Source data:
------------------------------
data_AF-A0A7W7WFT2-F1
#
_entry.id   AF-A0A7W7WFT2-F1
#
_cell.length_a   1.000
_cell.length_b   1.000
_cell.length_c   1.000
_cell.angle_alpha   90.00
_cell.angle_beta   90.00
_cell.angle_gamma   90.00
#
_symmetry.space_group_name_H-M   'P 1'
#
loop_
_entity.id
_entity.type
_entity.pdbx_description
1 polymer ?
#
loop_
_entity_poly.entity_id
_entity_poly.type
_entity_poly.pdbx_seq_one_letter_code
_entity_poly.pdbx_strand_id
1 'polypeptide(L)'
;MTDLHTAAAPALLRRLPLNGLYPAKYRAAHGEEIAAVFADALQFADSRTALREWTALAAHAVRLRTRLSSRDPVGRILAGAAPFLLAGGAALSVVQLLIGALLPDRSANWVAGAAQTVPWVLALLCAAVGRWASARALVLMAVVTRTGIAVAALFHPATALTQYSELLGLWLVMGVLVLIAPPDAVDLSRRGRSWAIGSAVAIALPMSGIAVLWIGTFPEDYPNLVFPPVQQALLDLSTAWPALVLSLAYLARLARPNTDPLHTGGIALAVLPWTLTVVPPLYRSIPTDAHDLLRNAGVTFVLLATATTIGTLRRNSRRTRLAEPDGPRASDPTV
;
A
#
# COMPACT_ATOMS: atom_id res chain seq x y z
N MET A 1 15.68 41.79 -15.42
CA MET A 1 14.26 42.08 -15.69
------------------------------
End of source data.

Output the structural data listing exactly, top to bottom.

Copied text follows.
data_AF-A0A7W7WFT2-F1
#
_entry.id   AF-A0A7W7WFT2-F1
#
_cell.length_a   1.000
_cell.length_b   1.000
_cell.length_c   1.000
_cell.angle_alpha   90.00
_cell.angle_beta   90.00
_cell.angle_gamma   90.00
#
_symmetry.space_group_name_H-M   'P 1'
#
loop_
_entity.id
_entity.type
_entity.pdbx_description
1 polymer ?
#
loop_
_entity_poly.entity_id
_entity_poly.type
_entity_poly.pdbx_seq_one_letter_code
_entity_poly.pdbx_strand_id
1 'polypeptide(L)'
;MTDLHTAAAPALLRRLPLNGLYPAKYRAAHGEEIAAVFADALQFADSRTALREWTALAAHAVRLRTRLSSRDPVGRILAGAAPFLLAGGAALSVVQLLIGALLPDRSANWVAGAAQTVPWVLALLCAAVGRWASARALVLMAVVTRTGIAVAALFHPATALTQYSELLGLWLVMGVLVLIAPPDAVDLSRRGRSWAIGSAVAIALPMSGIAVLWIGTFPEDYPNLVFPPVQQALLDLSTAWPALVLSLAYLARLARPNTDPLHTGGIALAVLPWTLTVVPPLYRSIPTDAHDLLRNAGVTFVLLATATTIGTLRRNSRRTRLAEPDGPRASDPTV
;
A
#
# COMPACT_ATOMS: atom_id res chain seq x y z
N MET A 1 15.68 41.79 -15.42
CA MET A 1 14.26 42.08 -15.69